FTC: Apps Your Children Use Could Be Collecting Personal Information Without Parental Consent
By Federal Trade Commission // June 6, 2020
Tell your children to never share information unless you have given consent
(FTC) — Kids love to play video games — in apps, on mobile devices and online with friends. And when kids play games, it is unlawful to collect their personal information without parental consent.
According to a complaint announced today by the Federal Trade Commission, HyperBeard Inc., a mobile app developer, offered free apps to children under 13-years-old and unlawfully collected their personal information to direct targeted advertising to them, in violation of the Children’s Online Privacy and Protection Act (COPPA).
COPPA requires app developers and website operators to provide notice about their data collection practices and to obtain verifiable parental consent before collecting personal information online from children—including persistent identifiers used to target advertising to them.
According to the FTC, HyperBeard targeted behavioral advertising to children on apps like KleptoCats, KleptoDogs, and Clawbert based on their activity over time without obtaining required verifiable parental consent.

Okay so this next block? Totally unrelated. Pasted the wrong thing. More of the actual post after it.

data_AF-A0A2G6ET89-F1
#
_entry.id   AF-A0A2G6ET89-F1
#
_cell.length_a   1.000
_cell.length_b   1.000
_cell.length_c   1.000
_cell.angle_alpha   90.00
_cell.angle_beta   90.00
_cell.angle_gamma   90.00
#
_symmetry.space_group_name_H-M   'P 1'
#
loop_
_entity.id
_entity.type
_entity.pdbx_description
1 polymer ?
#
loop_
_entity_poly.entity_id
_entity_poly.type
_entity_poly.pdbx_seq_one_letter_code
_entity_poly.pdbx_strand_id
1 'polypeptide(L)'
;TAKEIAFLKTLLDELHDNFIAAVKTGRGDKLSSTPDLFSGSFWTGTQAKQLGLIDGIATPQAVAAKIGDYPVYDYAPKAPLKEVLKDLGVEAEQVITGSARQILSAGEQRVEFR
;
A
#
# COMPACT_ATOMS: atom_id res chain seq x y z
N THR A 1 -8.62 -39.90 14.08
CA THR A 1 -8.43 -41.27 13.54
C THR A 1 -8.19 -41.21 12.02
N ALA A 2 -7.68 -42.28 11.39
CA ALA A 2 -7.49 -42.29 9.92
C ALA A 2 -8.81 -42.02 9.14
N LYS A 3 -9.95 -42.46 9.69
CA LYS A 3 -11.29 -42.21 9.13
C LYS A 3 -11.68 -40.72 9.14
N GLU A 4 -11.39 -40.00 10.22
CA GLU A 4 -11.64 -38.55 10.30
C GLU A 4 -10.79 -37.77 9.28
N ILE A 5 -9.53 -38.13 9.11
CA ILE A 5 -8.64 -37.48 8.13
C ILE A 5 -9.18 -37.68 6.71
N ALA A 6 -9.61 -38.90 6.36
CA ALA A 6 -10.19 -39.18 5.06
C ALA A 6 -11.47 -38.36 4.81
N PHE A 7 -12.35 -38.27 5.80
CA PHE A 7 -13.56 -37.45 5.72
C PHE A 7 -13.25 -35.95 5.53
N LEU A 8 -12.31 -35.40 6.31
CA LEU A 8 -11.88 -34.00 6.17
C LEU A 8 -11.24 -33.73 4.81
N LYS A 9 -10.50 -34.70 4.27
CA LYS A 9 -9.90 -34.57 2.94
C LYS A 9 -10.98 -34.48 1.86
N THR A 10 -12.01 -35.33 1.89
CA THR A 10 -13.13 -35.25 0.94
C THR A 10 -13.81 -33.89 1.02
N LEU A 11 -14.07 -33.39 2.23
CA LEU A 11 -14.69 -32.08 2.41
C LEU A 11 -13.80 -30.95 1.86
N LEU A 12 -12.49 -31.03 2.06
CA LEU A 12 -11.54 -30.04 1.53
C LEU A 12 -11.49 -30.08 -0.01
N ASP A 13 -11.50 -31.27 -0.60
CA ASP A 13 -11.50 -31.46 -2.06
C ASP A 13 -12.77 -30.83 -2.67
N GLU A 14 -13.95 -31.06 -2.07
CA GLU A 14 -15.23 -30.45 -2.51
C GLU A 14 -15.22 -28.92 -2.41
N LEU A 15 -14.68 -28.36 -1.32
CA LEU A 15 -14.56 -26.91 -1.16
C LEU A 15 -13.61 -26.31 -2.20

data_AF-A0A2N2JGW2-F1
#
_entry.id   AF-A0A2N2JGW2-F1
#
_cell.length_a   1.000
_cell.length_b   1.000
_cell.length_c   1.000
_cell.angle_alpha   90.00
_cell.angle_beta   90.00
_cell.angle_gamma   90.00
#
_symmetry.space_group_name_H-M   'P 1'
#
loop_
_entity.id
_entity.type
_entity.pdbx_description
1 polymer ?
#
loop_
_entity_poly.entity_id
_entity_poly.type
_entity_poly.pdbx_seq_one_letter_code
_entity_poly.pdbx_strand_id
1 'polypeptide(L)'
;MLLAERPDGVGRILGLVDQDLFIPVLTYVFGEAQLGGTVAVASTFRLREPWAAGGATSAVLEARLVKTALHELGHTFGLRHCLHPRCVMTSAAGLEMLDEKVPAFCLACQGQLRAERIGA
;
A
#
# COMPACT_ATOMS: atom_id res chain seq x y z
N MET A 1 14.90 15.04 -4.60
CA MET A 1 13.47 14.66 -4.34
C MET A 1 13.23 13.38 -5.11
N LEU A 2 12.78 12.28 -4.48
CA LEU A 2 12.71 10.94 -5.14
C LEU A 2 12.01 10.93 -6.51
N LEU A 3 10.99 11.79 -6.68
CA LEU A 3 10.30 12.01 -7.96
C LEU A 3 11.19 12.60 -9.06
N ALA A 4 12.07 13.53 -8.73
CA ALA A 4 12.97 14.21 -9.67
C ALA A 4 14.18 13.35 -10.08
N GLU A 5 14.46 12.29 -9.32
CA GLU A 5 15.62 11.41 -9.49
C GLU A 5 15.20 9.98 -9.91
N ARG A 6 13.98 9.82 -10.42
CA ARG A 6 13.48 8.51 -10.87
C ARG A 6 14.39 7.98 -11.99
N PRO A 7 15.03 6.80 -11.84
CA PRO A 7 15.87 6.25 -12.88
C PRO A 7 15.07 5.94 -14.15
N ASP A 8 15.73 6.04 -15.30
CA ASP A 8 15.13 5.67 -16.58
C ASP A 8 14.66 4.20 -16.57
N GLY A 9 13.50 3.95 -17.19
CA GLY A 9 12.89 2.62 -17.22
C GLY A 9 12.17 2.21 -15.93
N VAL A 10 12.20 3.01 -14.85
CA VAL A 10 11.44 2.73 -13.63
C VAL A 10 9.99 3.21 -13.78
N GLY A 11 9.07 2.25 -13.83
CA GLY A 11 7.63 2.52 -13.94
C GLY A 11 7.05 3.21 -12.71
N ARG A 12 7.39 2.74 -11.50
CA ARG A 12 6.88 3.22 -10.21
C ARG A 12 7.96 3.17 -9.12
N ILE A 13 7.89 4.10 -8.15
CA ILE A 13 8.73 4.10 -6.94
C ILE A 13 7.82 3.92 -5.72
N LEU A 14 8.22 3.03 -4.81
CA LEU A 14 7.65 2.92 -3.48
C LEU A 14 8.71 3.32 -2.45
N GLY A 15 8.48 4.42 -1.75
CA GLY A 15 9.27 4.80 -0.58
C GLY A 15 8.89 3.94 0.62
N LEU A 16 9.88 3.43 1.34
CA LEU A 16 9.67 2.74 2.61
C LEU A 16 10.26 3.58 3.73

To settle the case, HyperBeard and its owners will pay a civil penalty.
They are also prohibited from violating COPPA in the future and must destroy all information collected from children without parental consent.
If you are a parent, here are some tips about protecting your children’s privacy to keep in mind.
Help your kids understand what information should stay private.
Tell your kids why it’s important to keep information like Social Security numbers, street addresses, phone numbers, and financial information private.
Apps might try to collect and share personal information. Tell your children they should never share that information unless you have given your consent.